Natural CBD Organic Plants

Industrial Hemp & the Vagaries of Federal Law

Repost: See the whole Article on Project CBD:

Disclaimer: This is such a great article. So well written and really sums up the current state of the CBD industry in the US today, that I had to extract some important points to share with you, and encourage you to read the whole article.


1. As far as current federal law goes, any CBD-rich plant that exceeds 0.3 percent THC is considered marijuana and is therefore off limits for growing and extracting. But the Feds are much more lenient when it comes to pharmaceutical THC. Single-molecule THC (sold as “Marinol”) is a Schedule III drug available by prescription in all 50 states, even though it makes one as high as a kite. Schedule III is reserved for therapeutic substances with low abuse potential. Whole plant cannabis, meanwhile, continues to be classified as a dangerous Schedule I drug with no medical value.

2. Products with heavily processed “pure” CBD derived from industrial hemp lack the full spectrum of aromatic terpenes and other cannabinoids found in high-resin drug plants. These compounds interact synergistically with CBD and THC to enhance their therapeutic effects. Scientific research shows that whole plant CBD-rich cannabis oil has a broader range of therapeutic attributes and greater therapeutic efficacy than single-molecule CBD.

3. Single-molecule compounds are the preferred domain of Big Pharma, which favors patentable isolates over “crude” whole plant synergies. It’s only a matter of time before the Food and Drug Administration gives a thumbs-up to synthetic, single-molecule, pharmaceutical CBD. The FDA, however, is generally not in the business of approving plants as medicines (though there are a few exceptions). The FDA’s single-molecule tilt reflects a cultural and political bias that privileges corporate pharmaceuticals. Single-molecule medicine is the predominant corporate way, the Big Pharma way, but it’s not the only way, and there’s scant evidence that it’s the best way to benefit from cannabis therapeutics.

4. When it comes to CBD-rich oil production, the 0.3 percent THC legal limit is an absurd, impractical, resin-phobic relic of reefer madness. It has become the lynchpin of cannabis prohibition, a venal, dishonest policy that impedes medical research and blocks patient access to valuable therapeutic options, including herbal extracts with various CBD:THC ratios. For patients struggling with a wide range of conditions, CBD and THC work best together, enhancing each other’s beneficial effects.

5. Confucius once said that to change society one must start by calling things by their real names. If maximizing CBD-rich oil output for product formulation is the objective and the best plant sources are federally illegal because of a minuscule amount of THC, then perhaps it’s time to call things by their real name. It’s not industrial hemp that’s growing when American farmers harvest their cannabis crops before full maturity to minimize THC content. These are high-resin, CBD-rich drug plants, albeit the non-euphoric kind—in essence, marijuana that doesn’t make you feel high. And marijuana is still prohibited under federal law.

Comment: When you look at the very recent actions by the FDA, it really makes you wonder who the government works for. Well, actually it makes things more clear.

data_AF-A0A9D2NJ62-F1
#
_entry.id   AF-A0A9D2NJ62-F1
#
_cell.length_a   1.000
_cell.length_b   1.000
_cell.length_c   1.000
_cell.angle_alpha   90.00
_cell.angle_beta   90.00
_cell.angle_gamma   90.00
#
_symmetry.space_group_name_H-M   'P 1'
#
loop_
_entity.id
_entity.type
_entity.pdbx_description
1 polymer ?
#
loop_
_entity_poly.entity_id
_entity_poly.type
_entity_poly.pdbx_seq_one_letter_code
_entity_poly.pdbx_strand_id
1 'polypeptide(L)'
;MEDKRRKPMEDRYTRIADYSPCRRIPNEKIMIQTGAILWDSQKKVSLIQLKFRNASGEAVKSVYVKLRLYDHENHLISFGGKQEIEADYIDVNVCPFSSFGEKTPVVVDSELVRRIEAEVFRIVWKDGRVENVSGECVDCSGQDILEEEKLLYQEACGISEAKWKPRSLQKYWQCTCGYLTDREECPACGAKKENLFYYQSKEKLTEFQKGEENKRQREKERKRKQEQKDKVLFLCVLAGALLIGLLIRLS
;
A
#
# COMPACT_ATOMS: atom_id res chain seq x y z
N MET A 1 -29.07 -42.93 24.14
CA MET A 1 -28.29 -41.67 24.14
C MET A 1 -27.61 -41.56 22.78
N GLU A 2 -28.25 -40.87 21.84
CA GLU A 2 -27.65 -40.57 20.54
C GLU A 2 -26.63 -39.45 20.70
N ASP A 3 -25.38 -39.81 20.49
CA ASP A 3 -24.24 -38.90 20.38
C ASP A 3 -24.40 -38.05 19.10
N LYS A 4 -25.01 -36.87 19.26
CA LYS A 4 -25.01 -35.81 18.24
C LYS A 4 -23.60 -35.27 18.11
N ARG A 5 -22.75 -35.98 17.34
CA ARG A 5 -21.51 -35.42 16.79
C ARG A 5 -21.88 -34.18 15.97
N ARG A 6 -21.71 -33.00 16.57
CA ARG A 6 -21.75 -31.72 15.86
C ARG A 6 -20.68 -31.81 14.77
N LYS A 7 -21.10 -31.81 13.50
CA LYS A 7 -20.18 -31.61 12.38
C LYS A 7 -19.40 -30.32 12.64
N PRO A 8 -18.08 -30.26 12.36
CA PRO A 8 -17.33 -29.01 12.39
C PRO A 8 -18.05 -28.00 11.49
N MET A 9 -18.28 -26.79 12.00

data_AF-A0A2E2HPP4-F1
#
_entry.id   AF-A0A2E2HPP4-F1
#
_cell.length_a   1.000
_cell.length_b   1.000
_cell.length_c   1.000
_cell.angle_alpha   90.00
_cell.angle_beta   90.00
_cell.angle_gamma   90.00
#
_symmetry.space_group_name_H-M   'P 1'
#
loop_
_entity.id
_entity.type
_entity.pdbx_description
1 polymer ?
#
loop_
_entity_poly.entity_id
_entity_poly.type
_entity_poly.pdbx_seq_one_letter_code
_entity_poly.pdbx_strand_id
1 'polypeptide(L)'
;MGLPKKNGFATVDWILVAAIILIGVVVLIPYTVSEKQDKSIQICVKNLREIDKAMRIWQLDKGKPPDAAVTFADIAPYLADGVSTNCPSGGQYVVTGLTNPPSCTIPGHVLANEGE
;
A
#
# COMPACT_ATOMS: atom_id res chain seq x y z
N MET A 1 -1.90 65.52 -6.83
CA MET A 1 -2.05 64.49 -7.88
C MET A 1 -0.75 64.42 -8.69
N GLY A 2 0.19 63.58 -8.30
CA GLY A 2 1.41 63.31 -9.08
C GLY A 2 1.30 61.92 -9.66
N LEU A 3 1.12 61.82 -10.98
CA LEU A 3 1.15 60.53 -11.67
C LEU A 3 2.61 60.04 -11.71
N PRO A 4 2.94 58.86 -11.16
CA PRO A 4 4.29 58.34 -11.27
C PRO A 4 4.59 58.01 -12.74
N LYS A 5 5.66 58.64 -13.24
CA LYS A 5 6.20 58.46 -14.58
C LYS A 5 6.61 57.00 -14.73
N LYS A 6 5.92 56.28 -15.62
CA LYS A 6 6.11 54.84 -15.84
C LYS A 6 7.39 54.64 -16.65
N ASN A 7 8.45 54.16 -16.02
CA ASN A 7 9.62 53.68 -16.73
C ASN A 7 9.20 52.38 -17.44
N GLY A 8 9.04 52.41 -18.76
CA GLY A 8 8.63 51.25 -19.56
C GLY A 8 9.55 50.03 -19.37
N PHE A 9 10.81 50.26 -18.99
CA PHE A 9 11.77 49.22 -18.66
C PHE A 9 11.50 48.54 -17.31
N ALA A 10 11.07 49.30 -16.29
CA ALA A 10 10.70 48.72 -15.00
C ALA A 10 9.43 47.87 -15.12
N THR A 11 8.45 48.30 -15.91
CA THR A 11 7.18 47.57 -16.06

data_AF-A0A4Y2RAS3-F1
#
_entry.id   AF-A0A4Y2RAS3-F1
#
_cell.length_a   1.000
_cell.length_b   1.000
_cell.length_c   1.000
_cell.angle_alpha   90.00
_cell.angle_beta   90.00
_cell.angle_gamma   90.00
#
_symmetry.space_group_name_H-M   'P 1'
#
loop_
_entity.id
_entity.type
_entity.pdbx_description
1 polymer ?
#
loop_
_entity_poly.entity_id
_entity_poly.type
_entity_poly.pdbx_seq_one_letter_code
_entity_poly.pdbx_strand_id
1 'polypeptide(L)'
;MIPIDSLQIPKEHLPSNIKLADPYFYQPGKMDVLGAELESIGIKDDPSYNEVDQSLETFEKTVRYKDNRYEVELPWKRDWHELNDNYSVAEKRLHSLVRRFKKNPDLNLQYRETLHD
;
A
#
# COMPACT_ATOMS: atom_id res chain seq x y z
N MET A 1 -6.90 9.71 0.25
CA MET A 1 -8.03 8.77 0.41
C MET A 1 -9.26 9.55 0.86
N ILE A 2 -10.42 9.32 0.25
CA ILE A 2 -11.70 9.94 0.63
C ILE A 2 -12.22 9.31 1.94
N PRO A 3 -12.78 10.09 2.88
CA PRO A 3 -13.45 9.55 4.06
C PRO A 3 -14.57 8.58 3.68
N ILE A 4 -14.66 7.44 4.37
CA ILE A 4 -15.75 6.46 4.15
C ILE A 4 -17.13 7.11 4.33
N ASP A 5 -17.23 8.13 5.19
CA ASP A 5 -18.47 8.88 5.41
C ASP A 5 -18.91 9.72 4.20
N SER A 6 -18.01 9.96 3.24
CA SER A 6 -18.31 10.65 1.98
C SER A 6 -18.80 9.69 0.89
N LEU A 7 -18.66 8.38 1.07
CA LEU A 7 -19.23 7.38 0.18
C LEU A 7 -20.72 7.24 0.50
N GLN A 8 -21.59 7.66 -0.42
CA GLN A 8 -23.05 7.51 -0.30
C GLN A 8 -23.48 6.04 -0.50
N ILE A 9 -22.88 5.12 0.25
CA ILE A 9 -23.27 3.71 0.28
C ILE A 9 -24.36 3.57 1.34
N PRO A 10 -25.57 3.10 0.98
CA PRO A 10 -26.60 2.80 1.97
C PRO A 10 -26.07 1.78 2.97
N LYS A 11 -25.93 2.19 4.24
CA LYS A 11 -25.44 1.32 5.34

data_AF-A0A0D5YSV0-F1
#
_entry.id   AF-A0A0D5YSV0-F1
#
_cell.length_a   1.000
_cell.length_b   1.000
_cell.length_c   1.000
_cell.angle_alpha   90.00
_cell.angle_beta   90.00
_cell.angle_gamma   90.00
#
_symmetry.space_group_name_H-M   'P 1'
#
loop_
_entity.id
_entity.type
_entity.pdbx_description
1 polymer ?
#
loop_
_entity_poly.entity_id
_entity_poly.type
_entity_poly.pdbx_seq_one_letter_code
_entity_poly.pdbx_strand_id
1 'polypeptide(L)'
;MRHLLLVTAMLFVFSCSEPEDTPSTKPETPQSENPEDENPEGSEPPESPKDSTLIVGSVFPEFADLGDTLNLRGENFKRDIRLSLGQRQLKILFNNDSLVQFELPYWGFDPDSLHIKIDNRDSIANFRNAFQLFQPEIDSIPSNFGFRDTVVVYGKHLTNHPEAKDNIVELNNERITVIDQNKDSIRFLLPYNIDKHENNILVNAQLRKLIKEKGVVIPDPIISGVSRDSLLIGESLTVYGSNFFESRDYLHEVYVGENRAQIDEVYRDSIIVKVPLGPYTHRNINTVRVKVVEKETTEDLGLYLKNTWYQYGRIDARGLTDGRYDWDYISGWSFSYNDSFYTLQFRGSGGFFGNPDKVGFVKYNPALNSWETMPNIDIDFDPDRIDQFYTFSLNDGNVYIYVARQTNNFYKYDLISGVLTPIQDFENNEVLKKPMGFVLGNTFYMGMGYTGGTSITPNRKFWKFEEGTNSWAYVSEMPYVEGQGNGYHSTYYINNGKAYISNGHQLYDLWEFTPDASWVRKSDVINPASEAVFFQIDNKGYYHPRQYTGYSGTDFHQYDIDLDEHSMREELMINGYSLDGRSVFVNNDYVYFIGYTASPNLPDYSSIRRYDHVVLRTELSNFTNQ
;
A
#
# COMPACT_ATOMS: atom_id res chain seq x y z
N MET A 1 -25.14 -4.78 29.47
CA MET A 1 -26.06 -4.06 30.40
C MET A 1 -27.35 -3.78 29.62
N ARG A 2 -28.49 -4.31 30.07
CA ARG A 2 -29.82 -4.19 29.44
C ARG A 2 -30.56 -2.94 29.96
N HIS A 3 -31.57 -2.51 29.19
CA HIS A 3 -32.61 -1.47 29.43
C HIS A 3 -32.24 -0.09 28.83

Top 10 Summary points

1. Huge interest in the medicinal potential of CBD has catalyzed a rebirth of industrial hemp in the United States.

2. There are two types of cannabis plants, broadly speaking — low resin hemp plants and high resin drug plants. Low-resin industrial hemp includes plants grown for fiber and for seed oil. High resin drug plants include euphoric THC-rich plants and non-euphoric CBD-rich plants.

3. Industrial hemp is not an optimal source of CBD-rich oil.

4. Federal law prohibits American farmers from growing high-resin CBD-rich drug plants that narrowly exceed 0.3 percent THC, even though these high-resin cannabis plants are much better suited for extracting CBD-rich oil than low-resin industrial hemp.

5.  The 0.3 percent THC federal legal limit for industrial hemp is an aribitrary, impractical, scientifically baseless distinction designed to maintain marijuana prohibition, a disreputable policy built on a mountain of lies.

6. American farmers in Colorado and elsewhere are growing high resin CBD-rich marijuana and calling it hemp. These “hemp” growers typically harvest their crop early to minimize THC content.

7. Colorado start-ups are marketing CBD-rich oil to all 50 states, despite the fact that federal law bans the cross-border transport and sale of Colorado cannabis oil products. CBD is not legal in all 50 states.

8. The Federal Farm Bill of 2014 carved out an exemption for growing and marketing industrial hemp under the auspices of state-approved pilot research programs, but only one state thus far implemented such a program. Licensed farmers in Kentucky are currently allowed to breed, cultivate, and harvest industrial hemp, formulate products, including CBD-rich oil concentrates, and ship these products across state lines.

9. For many hemp farmers in Canada and Europe, CBD oil extraction is actually a co-product or byproduct of industrial hemp grown primarily for another purpose. Farmers earn extra money by illegally selling their leftover hemp biomass to businesses that want to extract CBD.

10. CBD and THC enhance each other’s therapeutic effects. Most medical patients need access to a wide spectrum of whole plant cannabis remedies, not just low THC products.

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